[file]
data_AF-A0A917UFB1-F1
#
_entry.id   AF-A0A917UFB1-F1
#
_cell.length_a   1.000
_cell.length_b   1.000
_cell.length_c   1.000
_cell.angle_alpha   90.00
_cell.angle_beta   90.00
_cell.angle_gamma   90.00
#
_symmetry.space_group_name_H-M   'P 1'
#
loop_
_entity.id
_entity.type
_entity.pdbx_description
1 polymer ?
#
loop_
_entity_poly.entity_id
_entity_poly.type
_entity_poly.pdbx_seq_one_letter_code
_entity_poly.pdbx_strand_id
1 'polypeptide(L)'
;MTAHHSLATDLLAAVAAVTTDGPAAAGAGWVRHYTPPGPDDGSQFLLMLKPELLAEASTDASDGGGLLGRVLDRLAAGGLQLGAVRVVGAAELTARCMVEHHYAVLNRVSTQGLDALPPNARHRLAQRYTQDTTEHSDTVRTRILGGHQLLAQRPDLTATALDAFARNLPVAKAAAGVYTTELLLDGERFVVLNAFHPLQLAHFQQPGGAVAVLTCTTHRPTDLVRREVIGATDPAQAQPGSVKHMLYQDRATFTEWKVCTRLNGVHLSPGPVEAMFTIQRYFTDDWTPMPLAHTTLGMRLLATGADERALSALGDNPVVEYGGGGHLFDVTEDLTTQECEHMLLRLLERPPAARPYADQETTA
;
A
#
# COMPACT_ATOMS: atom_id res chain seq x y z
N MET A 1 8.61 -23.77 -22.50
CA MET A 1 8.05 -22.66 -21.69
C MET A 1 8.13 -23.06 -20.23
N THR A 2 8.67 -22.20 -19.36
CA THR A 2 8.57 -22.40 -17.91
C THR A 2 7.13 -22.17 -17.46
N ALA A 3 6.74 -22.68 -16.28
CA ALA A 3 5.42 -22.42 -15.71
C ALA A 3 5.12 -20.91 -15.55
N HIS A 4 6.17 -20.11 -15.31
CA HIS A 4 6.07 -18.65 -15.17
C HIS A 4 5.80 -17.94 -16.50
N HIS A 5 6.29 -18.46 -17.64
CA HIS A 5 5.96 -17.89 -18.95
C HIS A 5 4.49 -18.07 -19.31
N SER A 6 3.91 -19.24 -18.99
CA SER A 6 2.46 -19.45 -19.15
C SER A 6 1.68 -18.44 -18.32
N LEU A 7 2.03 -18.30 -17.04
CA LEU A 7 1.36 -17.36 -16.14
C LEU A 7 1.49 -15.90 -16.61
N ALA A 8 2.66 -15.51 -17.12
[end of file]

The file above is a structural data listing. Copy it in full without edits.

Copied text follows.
data_AF-A0A917UFB1-F1
#
_entry.id   AF-A0A917UFB1-F1
#
_cell.length_a   1.000
_cell.length_b   1.000
_cell.length_c   1.000
_cell.angle_alpha   90.00
_cell.angle_beta   90.00
_cell.angle_gamma   90.00
#
_symmetry.space_group_name_H-M   'P 1'
#
loop_
_entity.id
_entity.type
_entity.pdbx_description
1 polymer ?
#
loop_
_entity_poly.entity_id
_entity_poly.type
_entity_poly.pdbx_seq_one_letter_code
_entity_poly.pdbx_strand_id
1 'polypeptide(L)'
;MTAHHSLATDLLAAVAAVTTDGPAAAGAGWVRHYTPPGPDDGSQFLLMLKPELLAEASTDASDGGGLLGRVLDRLAAGGLQLGAVRVVGAAELTARCMVEHHYAVLNRVSTQGLDALPPNARHRLAQRYTQDTTEHSDTVRTRILGGHQLLAQRPDLTATALDAFARNLPVAKAAAGVYTTELLLDGERFVVLNAFHPLQLAHFQQPGGAVAVLTCTTHRPTDLVRREVIGATDPAQAQPGSVKHMLYQDRATFTEWKVCTRLNGVHLSPGPVEAMFTIQRYFTDDWTPMPLAHTTLGMRLLATGADERALSALGDNPVVEYGGGGHLFDVTEDLTTQECEHMLLRLLERPPAARPYADQETTA
;
A
#
# COMPACT_ATOMS: atom_id res chain seq x y z
N MET A 1 8.61 -23.77 -22.50
CA MET A 1 8.05 -22.66 -21.69
C MET A 1 8.13 -23.06 -20.23
N THR A 2 8.67 -22.20 -19.36
CA THR A 2 8.57 -22.40 -17.91
C THR A 2 7.13 -22.17 -17.46
N ALA A 3 6.74 -22.68 -16.28
CA ALA A 3 5.42 -22.42 -15.71
C ALA A 3 5.12 -20.91 -15.55
N HIS A 4 6.17 -20.11 -15.31
CA HIS A 4 6.07 -18.65 -15.17
C HIS A 4 5.80 -17.94 -16.50
N HIS A 5 6.29 -18.46 -17.64
CA HIS A 5 5.96 -17.89 -18.95
C HIS A 5 4.49 -18.07 -19.31
N SER A 6 3.91 -19.24 -18.99
CA SER A 6 2.46 -19.45 -19.15
C SER A 6 1.68 -18.44 -18.32
N LEU A 7 2.03 -18.30 -17.04
CA LEU A 7 1.36 -17.36 -16.14
C LEU A 7 1.49 -15.90 -16.61
N ALA A 8 2.66 -15.51 -17.12